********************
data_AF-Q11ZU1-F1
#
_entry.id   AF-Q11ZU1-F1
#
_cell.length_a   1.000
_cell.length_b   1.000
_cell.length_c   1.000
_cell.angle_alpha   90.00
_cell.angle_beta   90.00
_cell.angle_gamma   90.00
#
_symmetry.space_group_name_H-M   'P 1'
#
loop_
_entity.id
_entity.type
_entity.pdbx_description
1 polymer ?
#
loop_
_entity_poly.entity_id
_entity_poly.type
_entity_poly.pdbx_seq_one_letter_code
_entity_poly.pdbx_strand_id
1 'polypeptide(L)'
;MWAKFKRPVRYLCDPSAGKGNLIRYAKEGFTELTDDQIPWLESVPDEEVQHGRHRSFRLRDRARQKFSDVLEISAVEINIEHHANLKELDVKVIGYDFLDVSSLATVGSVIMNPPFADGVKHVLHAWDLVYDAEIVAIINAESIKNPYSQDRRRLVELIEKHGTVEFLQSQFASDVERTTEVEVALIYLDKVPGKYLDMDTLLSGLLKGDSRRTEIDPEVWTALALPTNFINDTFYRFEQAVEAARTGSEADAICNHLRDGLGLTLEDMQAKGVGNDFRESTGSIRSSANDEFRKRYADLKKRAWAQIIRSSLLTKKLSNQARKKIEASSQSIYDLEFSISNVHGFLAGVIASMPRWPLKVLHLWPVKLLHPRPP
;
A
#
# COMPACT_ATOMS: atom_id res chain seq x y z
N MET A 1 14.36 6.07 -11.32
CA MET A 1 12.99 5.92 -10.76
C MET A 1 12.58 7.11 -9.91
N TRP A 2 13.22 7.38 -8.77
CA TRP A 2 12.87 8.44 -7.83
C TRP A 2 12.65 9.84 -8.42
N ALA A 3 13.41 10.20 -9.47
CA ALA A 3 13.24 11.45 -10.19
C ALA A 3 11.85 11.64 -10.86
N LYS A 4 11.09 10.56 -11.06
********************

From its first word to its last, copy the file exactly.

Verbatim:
data_AF-Q11ZU1-F1
#
_entry.id   AF-Q11ZU1-F1
#
_cell.length_a   1.000
_cell.length_b   1.000
_cell.length_c   1.000
_cell.angle_alpha   90.00
_cell.angle_beta   90.00
_cell.angle_gamma   90.00
#
_symmetry.space_group_name_H-M   'P 1'
#
loop_
_entity.id
_entity.type
_entity.pdbx_description
1 polymer ?
#
loop_
_entity_poly.entity_id
_entity_poly.type
_entity_poly.pdbx_seq_one_letter_code
_entity_poly.pdbx_strand_id
1 'polypeptide(L)'
;MWAKFKRPVRYLCDPSAGKGNLIRYAKEGFTELTDDQIPWLESVPDEEVQHGRHRSFRLRDRARQKFSDVLEISAVEINIEHHANLKELDVKVIGYDFLDVSSLATVGSVIMNPPFADGVKHVLHAWDLVYDAEIVAIINAESIKNPYSQDRRRLVELIEKHGTVEFLQSQFASDVERTTEVEVALIYLDKVPGKYLDMDTLLSGLLKGDSRRTEIDPEVWTALALPTNFINDTFYRFEQAVEAARTGSEADAICNHLRDGLGLTLEDMQAKGVGNDFRESTGSIRSSANDEFRKRYADLKKRAWAQIIRSSLLTKKLSNQARKKIEASSQSIYDLEFSISNVHGFLAGVIASMPRWPLKVLHLWPVKLLHPRPP
;
A
#
# COMPACT_ATOMS: atom_id res chain seq x y z
N MET A 1 14.36 6.07 -11.32
CA MET A 1 12.99 5.92 -10.76
C MET A 1 12.58 7.11 -9.91
N TRP A 2 13.22 7.38 -8.77
CA TRP A 2 12.87 8.44 -7.83
C TRP A 2 12.65 9.84 -8.42
N ALA A 3 13.41 10.20 -9.47
CA ALA A 3 13.24 11.45 -10.19
C ALA A 3 11.85 11.64 -10.86
N LYS A 4 11.09 10.56 -11.06